In the Interest of Z.G. and C.C.-G., Children Appeal from 320th District Court of Potter County (memorandum opinion)

Annotate this Case
Download PDF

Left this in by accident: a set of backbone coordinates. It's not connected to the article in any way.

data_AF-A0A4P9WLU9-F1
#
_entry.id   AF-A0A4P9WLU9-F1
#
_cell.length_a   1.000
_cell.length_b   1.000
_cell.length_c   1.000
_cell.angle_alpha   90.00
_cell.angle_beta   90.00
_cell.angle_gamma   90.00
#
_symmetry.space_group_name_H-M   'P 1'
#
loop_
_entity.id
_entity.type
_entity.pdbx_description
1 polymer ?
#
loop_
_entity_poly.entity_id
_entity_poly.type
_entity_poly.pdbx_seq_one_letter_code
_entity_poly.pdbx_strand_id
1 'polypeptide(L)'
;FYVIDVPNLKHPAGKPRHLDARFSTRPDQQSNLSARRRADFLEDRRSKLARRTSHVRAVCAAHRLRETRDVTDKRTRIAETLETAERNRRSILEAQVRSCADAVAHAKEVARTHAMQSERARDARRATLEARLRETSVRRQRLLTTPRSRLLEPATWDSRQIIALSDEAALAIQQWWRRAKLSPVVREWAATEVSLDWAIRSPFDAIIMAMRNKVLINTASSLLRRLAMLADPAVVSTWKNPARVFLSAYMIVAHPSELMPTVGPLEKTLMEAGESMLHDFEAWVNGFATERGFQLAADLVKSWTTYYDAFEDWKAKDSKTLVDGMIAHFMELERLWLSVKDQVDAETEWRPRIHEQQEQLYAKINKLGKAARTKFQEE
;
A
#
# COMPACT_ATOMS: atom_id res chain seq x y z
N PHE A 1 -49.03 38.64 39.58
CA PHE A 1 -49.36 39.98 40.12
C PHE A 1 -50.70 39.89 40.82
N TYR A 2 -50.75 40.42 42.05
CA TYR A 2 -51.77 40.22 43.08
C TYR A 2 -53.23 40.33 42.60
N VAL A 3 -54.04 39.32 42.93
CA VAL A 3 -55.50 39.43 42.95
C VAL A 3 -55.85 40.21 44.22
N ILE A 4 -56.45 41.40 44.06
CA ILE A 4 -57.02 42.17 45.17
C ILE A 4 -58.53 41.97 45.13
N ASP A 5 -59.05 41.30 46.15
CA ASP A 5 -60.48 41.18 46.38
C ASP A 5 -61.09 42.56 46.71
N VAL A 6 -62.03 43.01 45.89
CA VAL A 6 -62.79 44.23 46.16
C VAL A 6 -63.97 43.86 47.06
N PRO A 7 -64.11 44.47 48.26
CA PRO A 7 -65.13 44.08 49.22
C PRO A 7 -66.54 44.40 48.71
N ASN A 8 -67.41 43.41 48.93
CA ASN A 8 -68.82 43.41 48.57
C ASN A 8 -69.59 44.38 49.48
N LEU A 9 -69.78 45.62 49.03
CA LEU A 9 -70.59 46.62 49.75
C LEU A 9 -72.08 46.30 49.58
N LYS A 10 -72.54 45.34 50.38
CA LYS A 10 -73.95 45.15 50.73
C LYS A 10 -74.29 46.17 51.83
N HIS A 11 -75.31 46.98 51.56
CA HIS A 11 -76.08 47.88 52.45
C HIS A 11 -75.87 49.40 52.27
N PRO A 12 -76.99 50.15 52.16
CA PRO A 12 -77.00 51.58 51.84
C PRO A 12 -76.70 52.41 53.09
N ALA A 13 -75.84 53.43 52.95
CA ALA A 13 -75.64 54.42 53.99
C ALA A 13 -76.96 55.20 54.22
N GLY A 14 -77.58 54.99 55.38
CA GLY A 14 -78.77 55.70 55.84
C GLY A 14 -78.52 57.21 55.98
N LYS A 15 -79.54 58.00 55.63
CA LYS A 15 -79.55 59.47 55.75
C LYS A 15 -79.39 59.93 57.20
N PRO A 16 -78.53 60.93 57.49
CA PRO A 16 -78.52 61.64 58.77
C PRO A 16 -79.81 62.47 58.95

In The Court of Appeals Seventh District of Texas at Amarillo No. 07-18-00339-CV IN THE INTEREST OF Z.G. AND C.C.-G., CHILDREN On Appeal from the 320th District Court Potter County, Texas Trial Court No. 90,157-D, Honorable Carry Baker, Presiding January 4, 2019 MEMORANDUM OPINION Before CAMPBELL and PIRTLE and PARKER, JJ. Appellant K.G., the father of Z.G. and C.C.-G, appeals from the trial court’s order terminating his parental rights to his children.1 He challenges the order through two issues. We will affirm. Background K.G. and the children’s mother were not married but dated for the better part of nine years. During that nine years, the couple had two children, Z.G, aged seven at the To protect the children’s privacy, we will refer to the father and the children by their initials and to the mother as “the mother.” TEX. FAM. CODE ANN. § 109.002(d) (West 2017); TEX. R. APP. P. 9.8(b). 1 time of the final hearing, and C.C.-G, aged five.2 Both parents used illegal drugs. The mother testified she and K.G. used cocaine and marijuana together and the mother often used methamphetamine. In November 2016, appellee, the Texas Department of Family and Protective Services, became involved with the family after a report of drug use and negligent supervision. At that time, K.G. was not living with the mother or his children. The children were living in a home with their mother, their maternal grandparents and another family member. Drug screens of the mother, the grandparents, and the other family member showed positive results for illegal substances. C.C.-G’s drug screen K.G.’s drug screen showed positive results showed methamphetamine in her system. for cocaine and marijuana. Subsequent drug screens indicated K.G. and the mother continued to use illegal substances. In June 2017, the Department filed pleadings that included a petition for protection of a child, for conservatorship and for termination in suit affecting the parent-child relationship. The trial court entered an order removing the children from the care of K.G. and the mother. The children were placed with a maternal aunt and remained there at the time of the final hearing. The trial court held the final hearing in August 2018. At that time, the children were doing well in their placement. K.G. and the mother testified, admitting to their continued drug use despite completion of a rehabilitation program in April 2018. K.G. had several positive drug screens following his release from treatment. A Department employee and The mother also has another child with another man. Both the mother’s and that father’s parental rights to that child were terminated in this proceeding. Those terminations are not at issue in this appeal. 2 2 a caseworker also testified. The caseworker expressed her opinion that it was in the best interest of the children that K.G.’s parental rights be terminated. The trial court terminated K.G.’s parental rights based on four predicate grounds, endangering conditions, endangering conduct, failure to comply with a court order establishing actions necessary for return of the children, and endangering use of controlled substances despite court-ordered treatment. See TEX. FAM. CODE ANN. § 161.001(b)(1)(D), (E), (O), and (P) (West 2018). It found also clear and convincing evidence supported a conclusion that termination of K.G.’s parental rights was in the children’s best interest. TEX. FAM. CODE ANN. § 161.001(b)(2). It appointed the Department as permanent managing conservator of the children. Analysis Best Interest Through his first issue, K.G. argues the evidence is legally and factually insufficient to support the trial court’s best interest finding. The Family Code permits a trial court to terminate parental rights if the Department establishes one or more of the statutory grounds for termination, and that termination is in the child’s best interest. TEX. FAM. CODE ANN. § 161.001(b); In re S.M.R., 434 S.W.3d 576, 580 (Tex. 2014). Because the proceeding terminates fundamental liberty interests of the parent, the evidence must be clear and convincing to justify termination. Id. (citing In re E.C.R., 402 S.W.3d 239, 240 (Tex. 2013)). Clear and convincing evidence is that measure or degree of proof which will produce in the mind of the trier of fact a firm belief 3 or conviction as to the truth of the allegations sought to be established. TEX. FAM. CODE ANN. § 101.007 (West 2014); In re C.H., 89 S.W.3d 17, 25-26 (Tex. 2002). K.G. does not challenge the predicate grounds under which the trial court terminated his parental rights. See TEX. FAM. CODE ANN. § 161.001(b)(1)(D), (E), (O), and (P). He concedes the evidence is sufficient to support those grounds given his continued drug use throughout the case. See In re D.S., 333 S.W.3d 379, 388-89 (Tex. App.— Amarillo 2011, no pet.) (appellate court bound by unchallenged findings supporting termination). Further, K.G. acknowledges the same evidence that supports the predicate grounds for termination under section 161.001(b)(1)(D), (E), (O), and (P) is relevant to the best interest finding under section 161.001(b)(2). In re C.H., 89 S.W.3d at 28 (so holding). However, K.G. asserts that when the Holley factors and the factors set forth in Family Code section 263.307(b) are considered, the trial court’s best interest finding should be reversed. See Holley v. Adams, 544 S.W.2d 367, 371-72 (Tex. 1976) (citations omitted); TEX. FAM. CODE ANN. § 263.307(b) (West 2018) (setting forth factors). In evaluating the best-interest evidence for legal sufficiency in parental-rights termination cases, we determine whether the evidence is such that a factfinder could reasonably form a firm belief or conviction that the court’s best interest finding was true. In re J.P.B.,180 S.W.3d 570, 573 (Tex. 2005) (per curiam) (citing In re J.F.C., 96 S.W.3d 256, 266 (Tex. 2002)). We review all the evidence in the light most favorable to the best interest finding and judgment. Id. We resolve any disputed facts in favor of the finding if a reasonable factfinder could have done so and we disregard all evidence that a reasonable factfinder could have disbelieved. Id. We consider undisputed evidence even if it is contrary to the 4 finding. Id. Witness credibility issues “that depend on appearance and demeanor cannot be weighed by the appellate court; the witnesses are not present.” Id. (citation omitted). We are required to perform “an exacting review of the entire record” in determining whether the evidence is factually sufficient to support the termination of a parent-child relationship. In re A.B., 437 S.W.3d 498, 500 (Tex. 2014). In reviewing the evidence for factual sufficiency, we give due deference to the factfinder’s findings and do not supplant its judgment with our own. In re H.R.M., 209 S.W.3d 105, 108 (Tex. 2006). We determine whether, based on the entire record, a factfinder could reasonably form a firm conviction or belief that termination of the parent-child relationship would be in the best interest of the child. In re C.H., 89 S.W.3d at 28. There is a strong presumption that keeping a child with a parent is in the child’s best interest. In re R.R., 209 S.W.3d 112, 116 (Tex. 2006). Most significant here is K.G.’s continued drug use despite participation in an inpatient treatment facility. Both parents admitted to using drugs together prior to the removal of their children. K.G. admitted to his continued use, including his use in May 2018, the month after he completed drug treatment. Drug screens showed positive results in July and August 2018.3 This evidence provides strong support for the trial court’s finding that it was in the children’s best interest that K.G.’s rights be terminated. Dupree v. Tex. Dep’t of Protective & Regulatory Servs., 907 S.W.2d 81, 86 (Tex. App.— K.G. admitted to his use in May 2018, stating he was being “selfish” and “stubborn” and knew that by using those drugs, he was risking the return of his children. He also admitted he tested positive twice more after May but did not have an explanation for those positive tests. 3 5 Dallas 1995, no writ) (parents’ “drug-related conduct is a significant factor” to which the factfinder “could have attached great weight in evaluating the best interests of the child”). The trial court also reasonably could have inferred from the evidence presented that K.G.’s drug use would continue, and such conduct would endanger his children’s physical and emotional well-being. Toliver v. Tex, Dep’t of Family & Protective Servs., 217 S.W.3d 85, 102 (Tex. App.—Houston [1st Dist.] 2006, no pet.) (parent’s “frequent and long-term use of narcotics endangered the children’s welfare”). This too weighs in favor of termination of K.G.’s rights. K.G. admitted he continued to use drugs and failed to complete most of the services set forth in the service plan provided to him by the Department. K.G. acknowledged many omissions, including his failure to obtain and maintain stable housing, failure to complete recommended programs and counseling, failure to provide documentation to the Department and failure to maintain regular contact with the Department. This evidence supports the trial court’s finding that termination of K.G.’s rights was in the best interest of his children. Nothing in the record shows K.G. took any steps to demonstrate his desire or ability to care for his children or to take advantage of programs or other support to help him with that responsibility. See In re S.B., 207 S.W.3d 877, 887-88 (Tex. App.—Fort Worth 2006, no pet.) (“a parent’s drug use, inability to provide a stable home, and failure to comply with his family service plan support a finding that termination is in the best interest of the child”). The children were, as noted, ages seven and five at the time of the final hearing. Their “young ages render them vulnerable if left in the custody of a parent unable or 6 unwilling to protect them or to attend to their needs.” In re B.D.A., 546 S.W.3d 346, 361 (Tex. App.—Houston [1st Dist.] 2018, pet. filed). While the record does not indicate whether the children desired to remain in placement or return home with their parents, one of the Department employees who observed visits among the mother, K.G., and the children testified that the children seemed “indifferent” to the parents. Lastly, there is nothing in the record to show K.G. had a plan in place to care for his children. At the time of the final hearing, K.G. had tested positive for illegal substances, was involved with the mother, and was living with her parents. This is the same situation from which the children had been removed. Both the mother and K.G. admitted during testimony that their living situation was not a stable one and not an environment best for the children.4 The children were doing “excellent” in their placement with their maternal aunt and both parents acknowledged the children were well cared-for. And, the caseworker testified the aunt expressed a desire to adopt the children, something K.G. testified would be in his children’s best interest if his rights were terminated. This evidence supports the trial court’s finding that termination of K.G.’s rights was in the children’s best interest. See In re K.C., 219 S.W.3d 924, 931 (Tex. App.— Dallas 2007, no pet.) (need for a stable and permanent home is the “paramount consideration” in assessing best interest of children); Adams v. Tex. Dept. of Family & Protective Servs., 236 S.W.3d 271, 280 (Tex. App.—Houston [1st Dist.] 2007, no pet.) The record also contains references to past domestic violence between the mother and K.G. The mother testified, however, that there was no domestic violence occurring at the time the Department filed the suit concerning the children. 4 7 (parent’s history of failing to provide children with consistent and stable environment supports finding that termination of parental rights is in children’s best interest). For these reasons, and after a detailed review of the entire record, we find the evidence both legally and factually sufficient to support the trial court’s finding that termination of K.G.’s parental rights was in the children’s best interest. We resolve K.G.’s first issue against him. Appointment of Department as Managing Conservator In his second issue, K.G. argues the evidence was insufficient to support the trial court’s appointment of the Department as the children’s managing conservator. While K.G. concedes the evidence was sufficient to support the predicate grounds, he nevertheless asserts the evidence failed to show K.G. used illegal drugs in the children’s presence or emotionally or physically harmed the children. He also contends the children were in good care with the aunt and there “is nothing that would harm these children by having a relationship with K.G.” The Department argues K.G.’s second issue is without merit. We agree. We review a conservatorship determination for an abuse of discretion and will reverse only if the decision is arbitrary and unreasonable. In re J.A.J., 243 S.W.3d 611, 616 (Tex. 2007) (citation omitted). Texas Family Code section 161.207(a) provides in part that if the court terminates the parent-child relationship with respect to both parents or to the only living parent, the court shall appoint “a suitable, competent adult,” the Department, or a licensed child-placing agency as managing conservator of the child. TEX. FAM. CODE ANN. § 161.207(a). 8 Here, K.G. conceded the evidence was sufficient to support the predicate grounds. And we have concluded the evidence was sufficient to support the trial court’s findings under section 161.001(b)(2). There was no evidence presented to establish appointment of another suitable, competent adult as conservator of the children. The father’s argument against the trial court’s appointment of the Department as the permanent managing conservator is thus without merit. In re N.T., 474 S.W.3d 465, 481 (Tex. App.— Dallas 2015, no pet.) (citations omitted). We overrule K.G.’s second issue. Conclusion Having resolved each of K.G.’s issues against him, we affirm the judgment of the trial court. James T. Campbell Justice 9